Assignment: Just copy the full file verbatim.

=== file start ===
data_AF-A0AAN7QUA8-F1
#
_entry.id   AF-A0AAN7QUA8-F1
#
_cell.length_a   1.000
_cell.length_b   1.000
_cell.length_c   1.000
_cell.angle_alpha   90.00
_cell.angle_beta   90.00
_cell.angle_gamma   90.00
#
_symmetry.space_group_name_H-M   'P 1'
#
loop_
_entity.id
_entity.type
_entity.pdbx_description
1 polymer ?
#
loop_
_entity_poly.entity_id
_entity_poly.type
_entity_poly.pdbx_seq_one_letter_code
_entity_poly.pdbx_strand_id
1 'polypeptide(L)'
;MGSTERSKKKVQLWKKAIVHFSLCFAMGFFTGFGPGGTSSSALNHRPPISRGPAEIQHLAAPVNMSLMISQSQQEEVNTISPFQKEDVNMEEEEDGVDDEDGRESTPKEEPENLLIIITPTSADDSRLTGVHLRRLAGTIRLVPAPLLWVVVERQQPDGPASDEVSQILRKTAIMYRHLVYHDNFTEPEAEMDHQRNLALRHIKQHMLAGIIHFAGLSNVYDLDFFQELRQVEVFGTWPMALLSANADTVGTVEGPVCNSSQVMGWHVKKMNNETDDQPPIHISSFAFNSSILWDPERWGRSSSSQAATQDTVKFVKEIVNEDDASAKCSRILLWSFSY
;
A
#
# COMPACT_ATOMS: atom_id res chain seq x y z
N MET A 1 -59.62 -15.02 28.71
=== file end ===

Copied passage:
data_AF-A0AAN7QUA8-F1
#
_entry.id   AF-A0AAN7QUA8-F1
#
_cell.length_a   1.000
_cell.length_b   1.000
_cell.length_c   1.000
_cell.angle_alpha   90.00
_cell.angle_beta   90.00
_cell.angle_gamma   90.00
#
_symmetry.space_group_name_H-M   'P 1'
#
loop_
_entity.id
_entity.type
_entity.pdbx_description
1 polymer ?
#
loop_
_entity_poly.entity_id
_entity_poly.type
_entity_poly.pdbx_seq_one_letter_code
_entity_poly.pdbx_strand_id
1 'polypeptide(L)'
;MGSTERSKKKVQLWKKAIVHFSLCFAMGFFTGFGPGGTSSSALNHRPPISRGPAEIQHLAAPVNMSLMISQSQQEEVNTISPFQKEDVNMEEEEDGVDDEDGRESTPKEEPENLLIIITPTSADDSRLTGVHLRRLAGTIRLVPAPLLWVVVERQQPDGPASDEVSQILRKTAIMYRHLVYHDNFTEPEAEMDHQRNLALRHIKQHMLAGIIHFAGLSNVYDLDFFQELRQVEVFGTWPMALLSANADTVGTVEGPVCNSSQVMGWHVKKMNNETDDQPPIHISSFAFNSSILWDPERWGRSSSSQAATQDTVKFVKEIVNEDDASAKCSRILLWSFSY
;
A
#
# COMPACT_ATOMS: atom_id res chain seq x y z
N MET A 1 -59.62 -15.02 28.71